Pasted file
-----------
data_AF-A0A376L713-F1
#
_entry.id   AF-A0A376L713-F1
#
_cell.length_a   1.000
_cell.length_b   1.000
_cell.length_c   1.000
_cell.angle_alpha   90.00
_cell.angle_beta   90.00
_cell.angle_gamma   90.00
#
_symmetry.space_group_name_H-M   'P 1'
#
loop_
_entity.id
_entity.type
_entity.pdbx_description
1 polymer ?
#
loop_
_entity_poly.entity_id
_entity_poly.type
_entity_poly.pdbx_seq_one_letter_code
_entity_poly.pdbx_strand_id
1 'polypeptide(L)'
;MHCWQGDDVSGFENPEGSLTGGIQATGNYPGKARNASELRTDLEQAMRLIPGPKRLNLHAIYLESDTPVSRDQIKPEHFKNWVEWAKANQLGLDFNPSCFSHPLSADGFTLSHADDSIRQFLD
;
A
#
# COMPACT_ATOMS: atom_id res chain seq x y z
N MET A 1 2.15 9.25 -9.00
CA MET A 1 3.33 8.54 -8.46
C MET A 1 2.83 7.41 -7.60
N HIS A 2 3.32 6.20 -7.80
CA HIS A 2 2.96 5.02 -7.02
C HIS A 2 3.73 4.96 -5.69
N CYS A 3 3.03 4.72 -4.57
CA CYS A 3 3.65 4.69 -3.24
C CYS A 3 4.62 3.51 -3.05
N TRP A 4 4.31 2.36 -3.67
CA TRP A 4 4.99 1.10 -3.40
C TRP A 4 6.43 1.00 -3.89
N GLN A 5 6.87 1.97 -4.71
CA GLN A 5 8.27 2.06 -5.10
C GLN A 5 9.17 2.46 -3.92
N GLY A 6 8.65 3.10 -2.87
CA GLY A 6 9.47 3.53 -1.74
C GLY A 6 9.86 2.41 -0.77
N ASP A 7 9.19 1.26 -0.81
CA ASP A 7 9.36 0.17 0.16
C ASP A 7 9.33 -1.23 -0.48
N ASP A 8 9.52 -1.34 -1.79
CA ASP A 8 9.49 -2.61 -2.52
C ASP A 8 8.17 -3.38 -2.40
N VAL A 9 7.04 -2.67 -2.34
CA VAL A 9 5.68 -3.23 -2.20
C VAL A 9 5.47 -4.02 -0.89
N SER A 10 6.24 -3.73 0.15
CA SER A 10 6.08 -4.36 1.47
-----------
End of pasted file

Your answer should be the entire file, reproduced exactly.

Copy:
data_AF-A0A376L713-F1
#
_entry.id   AF-A0A376L713-F1
#
_cell.length_a   1.000
_cell.length_b   1.000
_cell.length_c   1.000
_cell.angle_alpha   90.00
_cell.angle_beta   90.00
_cell.angle_gamma   90.00
#
_symmetry.space_group_name_H-M   'P 1'
#
loop_
_entity.id
_entity.type
_entity.pdbx_description
1 polymer ?
#
loop_
_entity_poly.entity_id
_entity_poly.type
_entity_poly.pdbx_seq_one_letter_code
_entity_poly.pdbx_strand_id
1 'polypeptide(L)'
;MHCWQGDDVSGFENPEGSLTGGIQATGNYPGKARNASELRTDLEQAMRLIPGPKRLNLHAIYLESDTPVSRDQIKPEHFKNWVEWAKANQLGLDFNPSCFSHPLSADGFTLSHADDSIRQFLD
;
A
#
# COMPACT_ATOMS: atom_id res chain seq x y z
N MET A 1 2.15 9.25 -9.00
CA MET A 1 3.33 8.54 -8.46
C MET A 1 2.83 7.41 -7.60
N HIS A 2 3.32 6.20 -7.80
CA HIS A 2 2.96 5.02 -7.02
C HIS A 2 3.73 4.96 -5.69
N CYS A 3 3.03 4.72 -4.57
CA CYS A 3 3.65 4.69 -3.24
C CYS A 3 4.62 3.51 -3.05
N TRP A 4 4.31 2.36 -3.67
CA TRP A 4 4.99 1.10 -3.40
C TRP A 4 6.43 1.00 -3.89
N GLN A 5 6.87 1.97 -4.71
CA GLN A 5 8.27 2.06 -5.10
C GLN A 5 9.17 2.46 -3.92
N GLY A 6 8.65 3.10 -2.87
CA GLY A 6 9.47 3.53 -1.74
C GLY A 6 9.86 2.41 -0.77
N ASP A 7 9.19 1.26 -0.81
CA ASP A 7 9.36 0.17 0.16
C ASP A 7 9.33 -1.23 -0.48
N ASP A 8 9.52 -1.34 -1.79
CA ASP A 8 9.49 -2.61 -2.52
C ASP A 8 8.17 -3.38 -2.40
N VAL A 9 7.04 -2.67 -2.34
CA VAL A 9 5.68 -3.23 -2.20
C VAL A 9 5.47 -4.02 -0.89
N SER A 10 6.24 -3.73 0.15
CA SER A 10 6.08 -4.36 1.47